5. INFORMATION ON OUR BUSINESS (Cont’d) Key Criteria Requirements Our Company’s Proposition Shareholders’ approval for a Qualifying Acquisition Refund to dissenting shareholders Custodian The resolution on the Qualifying Acquisition must be approved by a majority in number of shareholders representing at least 75% of the total value of shares held by all shareholders present and voting either in person or by proxy at an EGM. Where the Qualifying Acquisition comprises more than one acquisition, each acquisition must be approved by the shareholders of the SPAC in the same manner. The management team and persons connected to the management team must abstain from voting. Shareholders (other than the management team and persons connected to them) who vote against a Qualifying Acquisition at the EGM will be entitled to receive, in exchange for their shares, a sum equivalent to a pro rata portion of the amount then held in the Trust Account (net of any taxes payable and expenses related to the facilitation of the exchange), provided that such Qualifying Acquisition is completed within the Permitted Timeframe. The Shares tendered in exchange for cash must be cancelled. The SPAC will secure and maintain custodial arrangements at all times over the monies in the Trust Account until the termination of the Trust Account. The resolution on our Qualifying Acquisition must be approved by a majority in number of shareholders representing at least 75% of the total value of shares held by all shareholders present and voting either in person or by proxy at the EGM. Where our Qualifying Acquisition comprises more than one acquisition, we will subject each acquisition to the approval of our shareholders in the same manner. Reach Energy Holdings, our Management Team and persons connected to them are subject to the Non-Voting Obligations and will abstain from voting at the EGM to be convened for the approval of our Qualifying Acquisition. Our Articles of Association (as set out in Section 12.2(vii)(6) of this Prospectus) provide for the Qualifying Acquisition Share Repurchase to be made within seven days after the Qualifying Acquisition has been fully and duly completed. We will cancel the Shares tendered under the Qualifying Acquisition Share Repurchase. Please refer to Section 5.1.3 of this Prospectus for the basis of computation for the Qualifying Acquisition Share Repurchase. We have appointed AmanahRaya Trustees Berhad to hold in trust, the IPO Trust Proceeds and (if applicable) the Subsequent Rights Issue Trust Proceeds.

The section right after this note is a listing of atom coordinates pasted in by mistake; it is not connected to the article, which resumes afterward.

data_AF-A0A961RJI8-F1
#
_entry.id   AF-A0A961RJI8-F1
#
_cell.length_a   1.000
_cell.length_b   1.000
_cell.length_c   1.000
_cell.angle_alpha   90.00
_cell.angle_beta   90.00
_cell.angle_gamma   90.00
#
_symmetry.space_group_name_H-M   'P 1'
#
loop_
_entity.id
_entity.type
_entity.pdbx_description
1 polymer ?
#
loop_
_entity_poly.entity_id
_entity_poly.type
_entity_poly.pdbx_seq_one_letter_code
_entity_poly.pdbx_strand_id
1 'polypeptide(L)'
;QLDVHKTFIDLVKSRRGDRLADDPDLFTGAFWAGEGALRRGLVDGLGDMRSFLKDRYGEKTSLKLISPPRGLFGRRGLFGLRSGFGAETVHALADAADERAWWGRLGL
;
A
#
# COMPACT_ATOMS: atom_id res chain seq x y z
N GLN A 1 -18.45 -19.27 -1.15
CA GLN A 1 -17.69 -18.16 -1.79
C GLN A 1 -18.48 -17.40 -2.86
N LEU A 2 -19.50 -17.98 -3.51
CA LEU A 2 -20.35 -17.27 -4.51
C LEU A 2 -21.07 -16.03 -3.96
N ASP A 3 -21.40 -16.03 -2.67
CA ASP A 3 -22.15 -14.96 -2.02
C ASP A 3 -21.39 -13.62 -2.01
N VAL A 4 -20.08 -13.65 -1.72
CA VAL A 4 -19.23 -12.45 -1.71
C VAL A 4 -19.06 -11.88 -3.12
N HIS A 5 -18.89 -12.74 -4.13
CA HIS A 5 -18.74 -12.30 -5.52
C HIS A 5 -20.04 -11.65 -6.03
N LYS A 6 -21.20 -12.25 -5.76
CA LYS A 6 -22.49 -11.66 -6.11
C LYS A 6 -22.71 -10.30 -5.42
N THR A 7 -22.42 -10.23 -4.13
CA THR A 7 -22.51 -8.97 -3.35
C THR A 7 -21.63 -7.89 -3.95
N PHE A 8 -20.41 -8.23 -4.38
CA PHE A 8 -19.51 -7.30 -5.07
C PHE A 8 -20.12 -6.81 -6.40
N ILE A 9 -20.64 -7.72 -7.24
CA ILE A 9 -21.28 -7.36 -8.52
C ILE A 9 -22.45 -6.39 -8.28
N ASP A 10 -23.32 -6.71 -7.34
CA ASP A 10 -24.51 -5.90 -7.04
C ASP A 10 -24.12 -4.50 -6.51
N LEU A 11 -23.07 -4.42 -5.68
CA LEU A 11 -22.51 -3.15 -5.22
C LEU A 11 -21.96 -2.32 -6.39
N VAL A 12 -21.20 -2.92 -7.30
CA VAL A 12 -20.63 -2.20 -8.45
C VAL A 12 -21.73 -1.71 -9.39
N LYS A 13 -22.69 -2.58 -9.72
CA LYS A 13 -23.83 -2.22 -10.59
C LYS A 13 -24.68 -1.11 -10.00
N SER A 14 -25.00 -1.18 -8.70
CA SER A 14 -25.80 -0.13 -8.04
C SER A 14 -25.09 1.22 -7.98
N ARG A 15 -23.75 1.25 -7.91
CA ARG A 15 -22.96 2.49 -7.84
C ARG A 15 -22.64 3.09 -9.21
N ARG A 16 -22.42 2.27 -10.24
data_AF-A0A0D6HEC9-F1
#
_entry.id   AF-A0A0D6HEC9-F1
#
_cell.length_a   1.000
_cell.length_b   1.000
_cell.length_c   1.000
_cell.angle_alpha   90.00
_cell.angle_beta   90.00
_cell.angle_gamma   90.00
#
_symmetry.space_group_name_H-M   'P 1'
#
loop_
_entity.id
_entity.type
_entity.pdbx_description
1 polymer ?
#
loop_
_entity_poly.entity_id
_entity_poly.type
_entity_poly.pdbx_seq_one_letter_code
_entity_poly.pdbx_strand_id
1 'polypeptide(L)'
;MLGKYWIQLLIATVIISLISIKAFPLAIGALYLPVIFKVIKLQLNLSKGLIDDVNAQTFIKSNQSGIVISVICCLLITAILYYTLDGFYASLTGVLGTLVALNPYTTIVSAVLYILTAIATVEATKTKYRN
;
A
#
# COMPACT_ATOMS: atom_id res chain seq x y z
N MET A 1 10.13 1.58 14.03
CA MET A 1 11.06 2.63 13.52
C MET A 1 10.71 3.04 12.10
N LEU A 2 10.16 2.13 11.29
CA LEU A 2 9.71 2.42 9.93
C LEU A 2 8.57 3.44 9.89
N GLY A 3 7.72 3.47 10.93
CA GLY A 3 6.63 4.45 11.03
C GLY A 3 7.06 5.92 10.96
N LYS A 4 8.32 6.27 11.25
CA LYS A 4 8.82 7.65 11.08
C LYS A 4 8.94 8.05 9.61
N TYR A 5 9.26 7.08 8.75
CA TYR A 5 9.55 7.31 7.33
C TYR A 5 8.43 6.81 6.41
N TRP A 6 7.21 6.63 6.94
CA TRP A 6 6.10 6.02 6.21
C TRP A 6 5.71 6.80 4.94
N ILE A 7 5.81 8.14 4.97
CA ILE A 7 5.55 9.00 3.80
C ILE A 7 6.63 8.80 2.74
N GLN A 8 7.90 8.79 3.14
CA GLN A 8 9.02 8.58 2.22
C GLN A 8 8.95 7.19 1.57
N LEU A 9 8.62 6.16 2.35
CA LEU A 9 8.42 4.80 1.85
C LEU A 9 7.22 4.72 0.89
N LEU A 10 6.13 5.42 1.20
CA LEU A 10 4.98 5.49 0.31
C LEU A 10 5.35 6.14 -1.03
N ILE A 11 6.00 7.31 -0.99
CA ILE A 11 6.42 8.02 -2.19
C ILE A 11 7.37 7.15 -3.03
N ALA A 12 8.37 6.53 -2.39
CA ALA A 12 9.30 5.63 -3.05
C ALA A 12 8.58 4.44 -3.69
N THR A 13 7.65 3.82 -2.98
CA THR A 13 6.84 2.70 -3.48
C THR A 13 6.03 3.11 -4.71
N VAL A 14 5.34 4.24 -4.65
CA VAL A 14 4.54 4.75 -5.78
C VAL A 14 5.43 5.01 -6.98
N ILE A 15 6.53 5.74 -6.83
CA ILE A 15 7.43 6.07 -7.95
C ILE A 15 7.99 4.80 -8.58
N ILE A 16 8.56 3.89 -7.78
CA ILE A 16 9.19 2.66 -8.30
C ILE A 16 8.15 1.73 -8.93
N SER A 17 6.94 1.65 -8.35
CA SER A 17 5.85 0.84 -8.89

5. INFORMATION ON OUR BUSINESS (Cont’d) Key Criteria Requirements Our Company’s Proposition Custodian (cont’d) The roles and responsibilities of the Custodian are as follows: (i) the Custodian must hold in trust, the proceeds from an issuance of securities by the SPAC, in accordance with the Custodian Agreement, the SC Guidelines and applicable laws;
(ii) the Custodian must take appropriate measures to ensure the safekeeping of the monies held in the Trust Account. In particular, the Custodian must ensure that:
(a) proper accounting records and other records as are necessary are kept in relation to the Trust Account; and
(b) custody and control of monies held in the Trust Account is in accordance with the provisions of the Custodian Agreement;

 

(iii) the Custodian may be provided a mandate by the management team to invest the amounts held in the Trust Account in Permitted Investments; and (iv) the Custodian may only distribute and/or liqUidate the funds held in the Trust Account in accordance with the provisions in the Custodian Agreement. Please refer to Section 5.1.5 of this Prospectus for the salient terms of the Custodian Agreement, inclUding the roles and responsibilities of the Custodian.